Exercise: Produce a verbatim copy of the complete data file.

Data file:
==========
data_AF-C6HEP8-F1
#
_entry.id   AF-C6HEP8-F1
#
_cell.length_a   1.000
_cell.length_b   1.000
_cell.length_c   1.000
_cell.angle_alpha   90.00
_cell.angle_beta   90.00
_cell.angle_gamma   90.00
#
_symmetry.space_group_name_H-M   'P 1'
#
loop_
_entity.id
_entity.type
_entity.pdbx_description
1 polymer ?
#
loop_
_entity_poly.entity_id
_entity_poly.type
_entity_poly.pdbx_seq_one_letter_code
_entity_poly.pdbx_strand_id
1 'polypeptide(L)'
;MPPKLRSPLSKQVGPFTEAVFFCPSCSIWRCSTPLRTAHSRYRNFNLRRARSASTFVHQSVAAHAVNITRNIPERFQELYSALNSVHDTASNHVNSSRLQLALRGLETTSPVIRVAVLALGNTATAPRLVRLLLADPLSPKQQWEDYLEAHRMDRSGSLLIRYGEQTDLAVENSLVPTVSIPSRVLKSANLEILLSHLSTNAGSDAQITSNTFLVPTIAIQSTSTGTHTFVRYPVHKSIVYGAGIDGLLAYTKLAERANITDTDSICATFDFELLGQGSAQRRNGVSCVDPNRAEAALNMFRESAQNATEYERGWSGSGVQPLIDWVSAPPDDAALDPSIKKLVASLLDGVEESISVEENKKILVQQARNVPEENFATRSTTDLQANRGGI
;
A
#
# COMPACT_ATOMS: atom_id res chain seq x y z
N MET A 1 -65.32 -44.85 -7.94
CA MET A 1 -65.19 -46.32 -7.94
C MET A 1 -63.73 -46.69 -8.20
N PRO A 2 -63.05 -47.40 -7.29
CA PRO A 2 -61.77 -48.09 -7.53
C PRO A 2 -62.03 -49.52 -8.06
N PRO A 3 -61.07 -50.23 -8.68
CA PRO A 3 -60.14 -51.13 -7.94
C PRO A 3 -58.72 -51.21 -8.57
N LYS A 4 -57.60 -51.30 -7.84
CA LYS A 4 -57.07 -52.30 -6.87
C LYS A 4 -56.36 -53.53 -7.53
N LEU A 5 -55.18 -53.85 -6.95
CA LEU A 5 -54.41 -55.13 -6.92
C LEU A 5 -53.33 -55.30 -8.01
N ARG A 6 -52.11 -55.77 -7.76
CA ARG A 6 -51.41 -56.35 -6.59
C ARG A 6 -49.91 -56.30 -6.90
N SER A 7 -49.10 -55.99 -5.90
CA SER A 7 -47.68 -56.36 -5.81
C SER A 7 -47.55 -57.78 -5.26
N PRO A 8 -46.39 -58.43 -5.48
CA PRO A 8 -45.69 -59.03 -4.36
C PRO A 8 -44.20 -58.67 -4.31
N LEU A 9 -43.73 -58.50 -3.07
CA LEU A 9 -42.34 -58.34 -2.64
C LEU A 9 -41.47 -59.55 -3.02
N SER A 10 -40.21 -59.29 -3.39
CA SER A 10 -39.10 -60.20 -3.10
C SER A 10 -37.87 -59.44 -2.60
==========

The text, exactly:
data_AF-C6HEP8-F1
#
_entry.id   AF-C6HEP8-F1
#
_cell.length_a   1.000
_cell.length_b   1.000
_cell.length_c   1.000
_cell.angle_alpha   90.00
_cell.angle_beta   90.00
_cell.angle_gamma   90.00
#
_symmetry.space_group_name_H-M   'P 1'
#
loop_
_entity.id
_entity.type
_entity.pdbx_description
1 polymer ?
#
loop_
_entity_poly.entity_id
_entity_poly.type
_entity_poly.pdbx_seq_one_letter_code
_entity_poly.pdbx_strand_id
1 'polypeptide(L)'
;MPPKLRSPLSKQVGPFTEAVFFCPSCSIWRCSTPLRTAHSRYRNFNLRRARSASTFVHQSVAAHAVNITRNIPERFQELYSALNSVHDTASNHVNSSRLQLALRGLETTSPVIRVAVLALGNTATAPRLVRLLLADPLSPKQQWEDYLEAHRMDRSGSLLIRYGEQTDLAVENSLVPTVSIPSRVLKSANLEILLSHLSTNAGSDAQITSNTFLVPTIAIQSTSTGTHTFVRYPVHKSIVYGAGIDGLLAYTKLAERANITDTDSICATFDFELLGQGSAQRRNGVSCVDPNRAEAALNMFRESAQNATEYERGWSGSGVQPLIDWVSAPPDDAALDPSIKKLVASLLDGVEESISVEENKKILVQQARNVPEENFATRSTTDLQANRGGI
;
A
#
# COMPACT_ATOMS: atom_id res chain seq x y z
N MET A 1 -65.32 -44.85 -7.94
CA MET A 1 -65.19 -46.32 -7.94
C MET A 1 -63.73 -46.69 -8.20
N PRO A 2 -63.05 -47.40 -7.29
CA PRO A 2 -61.77 -48.09 -7.53
C PRO A 2 -62.03 -49.52 -8.06
N PRO A 3 -61.07 -50.23 -8.68
CA PRO A 3 -60.14 -51.13 -7.94
C PRO A 3 -58.72 -51.21 -8.57
N LYS A 4 -57.60 -51.30 -7.84
CA LYS A 4 -57.07 -52.30 -6.87
C LYS A 4 -56.36 -53.53 -7.53
N LEU A 5 -55.18 -53.85 -6.95
CA LEU A 5 -54.41 -55.13 -6.92
C LEU A 5 -53.33 -55.30 -8.01
N ARG A 6 -52.11 -55.77 -7.76
CA ARG A 6 -51.41 -56.35 -6.59
C ARG A 6 -49.91 -56.30 -6.90
N SER A 7 -49.10 -55.99 -5.90
CA SER A 7 -47.68 -56.36 -5.81
C SER A 7 -47.55 -57.78 -5.26
N PRO A 8 -46.39 -58.43 -5.48
CA PRO A 8 -45.69 -59.03 -4.36
C PRO A 8 -44.20 -58.67 -4.31
N LEU A 9 -43.73 -58.50 -3.07
CA LEU A 9 -42.34 -58.34 -2.64
C LEU A 9 -41.47 -59.55 -3.02
N SER A 10 -40.21 -59.29 -3.39
CA SER A 10 -39.10 -60.20 -3.10
C SER A 10 -37.87 -59.44 -2.60